Thereafter, the program proceeds to Step 417 where a parameter Y** for providing a hydraulic pressure control in each control mode is calculated in accordance with the following equation:

Y**=Gs**(ΔSt**+IΔSt **)

where "Gs**" is a gain, which is provided in response to the vehicle slip angle β and in accordance with a diagram as shown by a solid line in FIG. 11. The program further proceeds to Step 418 where another parameter X** is calculated in accordance with the following equation:

X**=Gd**ΔDVso**

where "Gd**" is a gain which is a constant value as shown by a broken line in FIG. 11. On the basis of the parameters X** and Y**, a pressure control mode for each wheel is provided at Step 419, in accordance with a control map as shown in FIG. 10. The control map has a rapid pressure decreasing zone, a pulse pressure decreasing zone, a pressure holding zone, a pulse pressure increasing zone, and a rapid pressure increasing zone which are provided in advance as shown in FIG. 10, so that any one of the zones is selected in accordance with the parameters X** and Y** at Step 419. At Step 420, is performed a pressure increase and decrease compensating control, which is required for smoothing the first transition and last transition of the hydraulic pressure, when the presently selected zone is changed from the previously selected zone at Step 419, e.g., from the pressure increasing zone to the pressure decreasing zone, or vice versa. For instance, when the zone is changed from the rapid pressure decreasing zone to the pulse pressure increasing zone, an increasing time of a duty for a pressure increasing pulse signal is controlled to be gradually increased from zero to reach a predetermined value in the pulse pressure increasing zone.

Finally, the program proceeds to Step 421 where a solenoid of each valve in the hydraulic pressure control apparatus PC is energized or de-energized in accordance with the selected pressure control zone thereby to control the braking force applied to each wheel. As a result, even if the excessive oversteer and the excessive understeer occurred simultaneously, either the oversteer restraining control or the understeer restraining control could be selected in accordance with an appropriate priority, so that a lateral dynamic response of the vehicle could be controlled appropriately without causing a control hunting.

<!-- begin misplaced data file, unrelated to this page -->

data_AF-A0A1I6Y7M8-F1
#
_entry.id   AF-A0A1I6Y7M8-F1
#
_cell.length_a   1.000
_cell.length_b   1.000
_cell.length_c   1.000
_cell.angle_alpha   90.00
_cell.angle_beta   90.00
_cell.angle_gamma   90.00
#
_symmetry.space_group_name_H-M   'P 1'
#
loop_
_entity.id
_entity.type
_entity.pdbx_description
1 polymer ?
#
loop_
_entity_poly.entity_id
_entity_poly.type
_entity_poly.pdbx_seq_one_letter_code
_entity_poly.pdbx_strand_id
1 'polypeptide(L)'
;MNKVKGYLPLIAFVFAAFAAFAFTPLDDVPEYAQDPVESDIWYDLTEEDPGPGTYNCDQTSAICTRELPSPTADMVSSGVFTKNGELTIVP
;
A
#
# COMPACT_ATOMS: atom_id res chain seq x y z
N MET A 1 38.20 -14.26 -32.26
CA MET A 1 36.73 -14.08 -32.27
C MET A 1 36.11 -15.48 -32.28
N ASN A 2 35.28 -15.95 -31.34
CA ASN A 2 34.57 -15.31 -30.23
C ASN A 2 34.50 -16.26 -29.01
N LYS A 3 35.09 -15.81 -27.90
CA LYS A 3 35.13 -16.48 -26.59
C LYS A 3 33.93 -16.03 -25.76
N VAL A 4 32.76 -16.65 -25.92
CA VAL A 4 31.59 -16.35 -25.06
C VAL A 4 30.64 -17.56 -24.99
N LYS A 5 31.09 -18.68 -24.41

FIG. 12 shows an embodiment of the hydraulic braking pressure control apparatus PC which includes a master cylinder MC and a hydraulic booster HB which are activated in response to depression of the brake pedal BP. The hydraulic booster HB is connected to an auxiliary pressure source AP, both of which are connected to a low pressure reservoir RS, to which the master cylinder MC is connected, as well. The auxiliary pressure source AP includes a hydraulic pressure pump HP and an accumulator AC. The pump HP is driven by an electric motor M to pressurize a brake fluid in the reservoir RS to discharge the pressurized brake fluid, or hydraulic braking pressure through a check valve CV6, into the accumulator AC to accumulate it therein. The electric motor M starts to operate when the pressure in the accumulator AC is decreased to be less than a predetermined lower limit, and stops when the pressure in the accumulator AC is increased to exceed a predetermined upper limit. A relief valve RV is provided between the accumulator AC and the reservoir RS. Accordingly, it is so arranged that a so-called power pressure is properly supplied from the accumulator AC to the hydraulic booster HB. The hydraulic booster HB introduces the hydraulic braking pressure discharged from the auxiliary pressure source AP and regulates it to a boost pressure in proportion to a pilot pressure discharged from the master cylinder MC, which is boosted by the boost pressure.

In a hydraulic pressure circuit for connecting the master cylinder MC with each of the front wheel brake cylinders Wfr, Wfl, disposed are solenoid valves SA1 and SA2 which are connected to solenoid valves PC1, PC5 and solenoid valves PC2, PC6, through control passages Pfr and Pf1, respectively. In the hydraulic pressure circuits for connecting the hydraulic booster HB with each of the wheel brake cylinder Wrl and etc., a solenoid valve SA3, solenoid valves PC1-PC8 for use in the control of discharging and draining of the brake fluid are disposed, and a proportioning pressure decreasing valve PV is disposed at the rear wheels' side. Then, the auxiliary pressure source AP is connected to the downstream side of the solenoid valve SA3 through a solenoid valve STR. The hydraulic circuits are divided into the front circuit system and the rear circuit system as shown in FIG. 12 to form the front and rear dual circuit system according to the present embodiment.